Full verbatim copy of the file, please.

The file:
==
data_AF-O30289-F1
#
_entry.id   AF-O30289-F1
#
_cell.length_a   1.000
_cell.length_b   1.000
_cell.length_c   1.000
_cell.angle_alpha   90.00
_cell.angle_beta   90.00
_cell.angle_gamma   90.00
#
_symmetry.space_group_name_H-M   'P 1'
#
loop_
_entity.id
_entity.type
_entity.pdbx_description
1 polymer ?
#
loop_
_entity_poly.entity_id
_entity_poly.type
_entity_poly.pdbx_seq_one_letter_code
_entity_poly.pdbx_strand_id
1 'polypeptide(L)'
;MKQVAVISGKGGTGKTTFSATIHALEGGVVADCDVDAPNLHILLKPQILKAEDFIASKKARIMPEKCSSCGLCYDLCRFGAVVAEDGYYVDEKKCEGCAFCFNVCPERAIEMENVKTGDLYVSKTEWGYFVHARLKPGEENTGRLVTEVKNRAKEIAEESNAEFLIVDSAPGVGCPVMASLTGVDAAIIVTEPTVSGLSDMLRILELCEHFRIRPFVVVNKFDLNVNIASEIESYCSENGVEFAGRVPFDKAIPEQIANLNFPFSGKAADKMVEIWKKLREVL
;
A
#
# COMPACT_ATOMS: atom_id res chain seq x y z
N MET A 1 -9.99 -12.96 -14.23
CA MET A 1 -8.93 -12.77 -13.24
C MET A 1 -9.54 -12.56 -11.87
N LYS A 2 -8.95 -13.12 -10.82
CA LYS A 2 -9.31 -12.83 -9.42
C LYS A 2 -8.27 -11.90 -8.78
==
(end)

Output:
data_AF-O30289-F1
#
_entry.id   AF-O30289-F1
#
_cell.length_a   1.000
_cell.length_b   1.000
_cell.length_c   1.000
_cell.angle_alpha   90.00
_cell.angle_beta   90.00
_cell.angle_gamma   90.00
#
_symmetry.space_group_name_H-M   'P 1'
#
loop_
_entity.id
_entity.type
_entity.pdbx_description
1 polymer ?
#
loop_
_entity_poly.entity_id
_entity_poly.type
_entity_poly.pdbx_seq_one_letter_code
_entity_poly.pdbx_strand_id
1 'polypeptide(L)'
;MKQVAVISGKGGTGKTTFSATIHALEGGVVADCDVDAPNLHILLKPQILKAEDFIASKKARIMPEKCSSCGLCYDLCRFGAVVAEDGYYVDEKKCEGCAFCFNVCPERAIEMENVKTGDLYVSKTEWGYFVHARLKPGEENTGRLVTEVKNRAKEIAEESNAEFLIVDSAPGVGCPVMASLTGVDAAIIVTEPTVSGLSDMLRILELCEHFRIRPFVVVNKFDLNVNIASEIESYCSENGVEFAGRVPFDKAIPEQIANLNFPFSGKAADKMVEIWKKLREVL
;
A
#
# COMPACT_ATOMS: atom_id res chain seq x y z
N MET A 1 -9.99 -12.96 -14.23
CA MET A 1 -8.93 -12.77 -13.24
C MET A 1 -9.54 -12.56 -11.87
N LYS A 2 -8.95 -13.12 -10.82
CA LYS A 2 -9.31 -12.83 -9.42
C LYS A 2 -8.27 -11.90 -8.78